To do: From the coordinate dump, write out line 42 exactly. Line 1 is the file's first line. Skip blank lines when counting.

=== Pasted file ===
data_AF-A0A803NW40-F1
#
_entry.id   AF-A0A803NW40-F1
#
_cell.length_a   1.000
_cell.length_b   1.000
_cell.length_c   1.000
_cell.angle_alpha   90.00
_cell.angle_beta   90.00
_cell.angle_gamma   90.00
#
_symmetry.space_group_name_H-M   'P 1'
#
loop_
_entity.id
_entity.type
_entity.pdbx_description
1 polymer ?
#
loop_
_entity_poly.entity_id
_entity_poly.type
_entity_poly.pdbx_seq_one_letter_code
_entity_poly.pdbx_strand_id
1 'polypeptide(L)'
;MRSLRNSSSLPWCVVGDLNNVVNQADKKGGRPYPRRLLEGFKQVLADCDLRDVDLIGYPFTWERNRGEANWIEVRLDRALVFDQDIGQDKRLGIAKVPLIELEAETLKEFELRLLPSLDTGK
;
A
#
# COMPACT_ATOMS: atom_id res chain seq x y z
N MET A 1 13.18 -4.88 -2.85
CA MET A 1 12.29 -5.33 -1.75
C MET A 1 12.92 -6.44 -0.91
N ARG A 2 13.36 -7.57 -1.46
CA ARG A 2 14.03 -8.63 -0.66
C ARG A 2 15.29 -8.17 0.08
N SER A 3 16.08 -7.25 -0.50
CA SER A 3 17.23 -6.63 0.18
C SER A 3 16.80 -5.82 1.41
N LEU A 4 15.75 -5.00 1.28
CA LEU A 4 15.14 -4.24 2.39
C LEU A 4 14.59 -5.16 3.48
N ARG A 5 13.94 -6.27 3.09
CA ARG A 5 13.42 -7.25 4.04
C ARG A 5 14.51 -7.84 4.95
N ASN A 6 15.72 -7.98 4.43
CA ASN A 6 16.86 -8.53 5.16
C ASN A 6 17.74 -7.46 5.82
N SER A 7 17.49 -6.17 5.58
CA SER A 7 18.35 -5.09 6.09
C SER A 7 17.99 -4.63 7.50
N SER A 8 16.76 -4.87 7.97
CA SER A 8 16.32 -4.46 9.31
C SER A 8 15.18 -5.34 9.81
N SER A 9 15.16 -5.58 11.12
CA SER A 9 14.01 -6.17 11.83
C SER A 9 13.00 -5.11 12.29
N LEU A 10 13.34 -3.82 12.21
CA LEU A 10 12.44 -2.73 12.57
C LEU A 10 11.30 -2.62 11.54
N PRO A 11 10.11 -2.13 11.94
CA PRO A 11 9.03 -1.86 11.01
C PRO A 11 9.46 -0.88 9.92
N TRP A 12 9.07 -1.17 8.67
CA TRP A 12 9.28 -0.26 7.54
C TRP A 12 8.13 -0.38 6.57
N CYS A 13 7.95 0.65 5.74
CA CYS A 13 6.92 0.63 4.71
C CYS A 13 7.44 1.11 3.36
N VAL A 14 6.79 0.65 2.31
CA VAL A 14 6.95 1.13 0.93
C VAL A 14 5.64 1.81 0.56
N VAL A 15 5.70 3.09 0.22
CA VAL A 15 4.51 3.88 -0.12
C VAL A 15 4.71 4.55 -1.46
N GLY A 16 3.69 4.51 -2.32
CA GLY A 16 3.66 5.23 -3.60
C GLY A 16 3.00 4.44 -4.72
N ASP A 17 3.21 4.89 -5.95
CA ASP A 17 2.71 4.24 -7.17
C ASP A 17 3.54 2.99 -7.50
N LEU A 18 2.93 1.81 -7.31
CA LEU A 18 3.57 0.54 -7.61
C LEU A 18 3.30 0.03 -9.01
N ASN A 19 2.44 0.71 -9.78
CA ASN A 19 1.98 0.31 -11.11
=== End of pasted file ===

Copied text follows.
C LEU A 4 14.59 -5.16 3.48